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Mercedes Tharam Richards

Richards—Mercedes Tharam Richards, 60, on February 3, 2016, in Hershey, Pa. Mercedes was born on May 14, 1955, in Kingston, Jamaica, to Quaker parents Phyllis and Frank Davis. When she was a child, her family traveled widely. Multi‐talented, she studied classical violin performance and music theory and had passed all but one of the examinations for a Royal School of Music licentiate before turning to physics. She was fluent in French; had working knowledge of German, Spanish, Slovak, and Czech; and wrote several volumes of poetry. She earned a bachelor’s (with special honors) in physics from University of the West Indies in 1977 and a master’s in space science from York University in Toronto in 1979. Continuing her studies, she married Donald Richards in 1980 and earned a doctorate in astronomy and astrophysics from University of Toronto in 1986.

She worked in computational astrophysics, stellar astrophysics, and exoplanets and was the first person to apply novel distance correlation statistical methods to large astronomical databases. Her career took her to University of North Carolina (1986–87), University of Virginia (1987–2002), and Pennsylvania State University, where she worked from 2002 until she retired. Passionately dedicated to students of all ages and classes, she founded and directed SEECoS, a high school science outreach program at Penn State. Her introductory astronomy classes were among the most popular on campus.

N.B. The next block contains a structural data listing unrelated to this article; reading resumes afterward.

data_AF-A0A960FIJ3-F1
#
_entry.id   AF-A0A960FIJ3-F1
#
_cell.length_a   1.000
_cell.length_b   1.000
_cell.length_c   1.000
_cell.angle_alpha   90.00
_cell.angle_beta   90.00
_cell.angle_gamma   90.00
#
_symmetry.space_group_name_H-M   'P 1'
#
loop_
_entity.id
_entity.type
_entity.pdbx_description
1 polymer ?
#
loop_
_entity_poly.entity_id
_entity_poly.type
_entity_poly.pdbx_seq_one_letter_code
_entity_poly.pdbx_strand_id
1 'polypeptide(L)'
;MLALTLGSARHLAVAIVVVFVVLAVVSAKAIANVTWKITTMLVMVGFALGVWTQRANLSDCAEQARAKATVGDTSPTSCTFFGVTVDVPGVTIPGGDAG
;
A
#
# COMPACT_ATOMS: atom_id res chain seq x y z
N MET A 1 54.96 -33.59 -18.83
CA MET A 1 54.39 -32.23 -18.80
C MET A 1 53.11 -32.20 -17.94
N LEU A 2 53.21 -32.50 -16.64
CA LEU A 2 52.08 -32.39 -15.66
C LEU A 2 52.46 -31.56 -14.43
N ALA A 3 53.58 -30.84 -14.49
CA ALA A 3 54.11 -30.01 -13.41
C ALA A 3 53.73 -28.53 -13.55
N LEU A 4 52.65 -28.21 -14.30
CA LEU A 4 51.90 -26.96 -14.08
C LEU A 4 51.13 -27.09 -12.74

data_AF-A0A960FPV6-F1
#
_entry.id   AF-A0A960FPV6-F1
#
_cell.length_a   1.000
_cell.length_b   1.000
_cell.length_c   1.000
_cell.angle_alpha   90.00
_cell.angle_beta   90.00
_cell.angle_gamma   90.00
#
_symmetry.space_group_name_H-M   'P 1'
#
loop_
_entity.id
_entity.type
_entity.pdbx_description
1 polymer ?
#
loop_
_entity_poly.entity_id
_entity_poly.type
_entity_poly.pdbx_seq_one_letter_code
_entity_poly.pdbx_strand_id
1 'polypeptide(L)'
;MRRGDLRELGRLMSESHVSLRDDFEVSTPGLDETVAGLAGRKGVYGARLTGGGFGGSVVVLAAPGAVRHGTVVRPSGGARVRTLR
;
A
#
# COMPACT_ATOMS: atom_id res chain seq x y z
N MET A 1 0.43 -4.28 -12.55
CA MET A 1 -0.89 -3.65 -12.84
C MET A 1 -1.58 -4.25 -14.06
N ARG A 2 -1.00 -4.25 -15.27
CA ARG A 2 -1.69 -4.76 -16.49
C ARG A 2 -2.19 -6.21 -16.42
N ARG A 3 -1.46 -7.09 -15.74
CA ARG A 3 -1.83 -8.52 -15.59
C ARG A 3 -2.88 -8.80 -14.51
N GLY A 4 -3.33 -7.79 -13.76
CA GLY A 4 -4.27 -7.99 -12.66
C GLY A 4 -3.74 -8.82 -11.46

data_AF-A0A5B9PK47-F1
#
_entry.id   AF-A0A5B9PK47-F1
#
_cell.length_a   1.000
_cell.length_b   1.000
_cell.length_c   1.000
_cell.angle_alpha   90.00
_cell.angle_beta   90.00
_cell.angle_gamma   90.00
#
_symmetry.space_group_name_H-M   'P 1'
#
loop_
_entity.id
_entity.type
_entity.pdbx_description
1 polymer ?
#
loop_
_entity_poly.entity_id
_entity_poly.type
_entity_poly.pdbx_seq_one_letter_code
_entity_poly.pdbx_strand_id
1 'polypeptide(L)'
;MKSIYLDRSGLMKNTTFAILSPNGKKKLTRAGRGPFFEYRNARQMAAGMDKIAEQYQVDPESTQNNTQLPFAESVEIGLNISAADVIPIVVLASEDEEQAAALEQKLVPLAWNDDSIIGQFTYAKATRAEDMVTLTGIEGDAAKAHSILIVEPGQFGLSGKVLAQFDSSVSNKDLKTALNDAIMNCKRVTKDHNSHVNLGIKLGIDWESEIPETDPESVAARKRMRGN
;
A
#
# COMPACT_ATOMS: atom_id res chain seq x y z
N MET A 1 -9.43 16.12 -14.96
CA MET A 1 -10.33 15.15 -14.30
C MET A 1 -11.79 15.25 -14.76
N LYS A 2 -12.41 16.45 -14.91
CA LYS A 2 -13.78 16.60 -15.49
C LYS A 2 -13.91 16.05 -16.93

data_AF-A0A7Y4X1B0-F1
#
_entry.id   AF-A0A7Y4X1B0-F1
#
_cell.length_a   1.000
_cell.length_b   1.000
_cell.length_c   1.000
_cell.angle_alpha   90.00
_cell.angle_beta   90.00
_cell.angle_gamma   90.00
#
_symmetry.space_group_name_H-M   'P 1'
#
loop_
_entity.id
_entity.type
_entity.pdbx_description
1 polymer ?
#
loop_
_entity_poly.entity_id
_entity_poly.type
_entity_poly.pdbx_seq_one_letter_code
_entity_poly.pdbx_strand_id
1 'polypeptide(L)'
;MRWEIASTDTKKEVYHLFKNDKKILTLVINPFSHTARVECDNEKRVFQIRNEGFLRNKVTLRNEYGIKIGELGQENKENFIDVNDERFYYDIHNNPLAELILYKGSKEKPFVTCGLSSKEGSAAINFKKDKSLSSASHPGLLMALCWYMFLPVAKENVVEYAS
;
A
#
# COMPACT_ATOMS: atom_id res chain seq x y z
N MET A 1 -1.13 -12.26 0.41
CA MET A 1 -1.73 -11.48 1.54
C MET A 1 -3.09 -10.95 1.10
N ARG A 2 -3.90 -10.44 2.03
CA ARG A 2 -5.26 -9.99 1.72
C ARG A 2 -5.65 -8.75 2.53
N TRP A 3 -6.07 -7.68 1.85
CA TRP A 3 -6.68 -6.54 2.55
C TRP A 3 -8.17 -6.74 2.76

She visited North and Central America, Europe, Asia, Africa, and Australia, where she studied at the Vatican Observatory in Castel Gandolfo, the Institute for Advanced Study, Heidelberg University, Kitt Peak National Observatory, Teide Observatory, the Spanish National Observatory, Skalnaté Pleso and Lomnický štít in Slovakia, the South African Astronomical Observatory, and Ondrejov Observatory. She organized astronomy conferences in Australia and Slovakia, and was best known for her pioneering calculations of Doppler tomographs of interacting binary stars to simulate gas flow and predict magnetic activity. Mercedes received the Jamaica Institute’s Musgrave Medal in Gold in 2008 and a Fulbright Distinguished Chair Research award in 2010, which she used to research interacting binary stars at the Astronomical Institute of Slovakia. She was president of the International Astronomical Union Commission 42, councilor and Harlow Shapely lecturer of the American Astronomical Society, and member of the Caribbean Institute of Astronomy Board of Advisers.

She was a member of Friends meetings in Kingston (Jamaica), regularly visiting children’s hospitals with clothes and meals and good cheer; Toronto (Canada), coordinating the First‐day School curriculum and visiting prisons; Charlottesville (Va.), serving on the marriage guidance and other committees; and State College (Pa.) Meeting, contributing to the local food bank.

Her bearing spoke dignity, and her eyes transmitted a keen intelligence, but her warm smile was embracing. She not only left an indelible mark in the scientific community, but also in the lives of others with her kindness, warmth, and humility. Mercedes was preceded in death by her father, Frank Davis Sr., and her sister, Yvonne Davis. She is survived by her husband, Donald Richards; two daughters, Chandra Richards and Suzanne Richards; her mother, Phyllis Davis; and a brother, Frank Davis.

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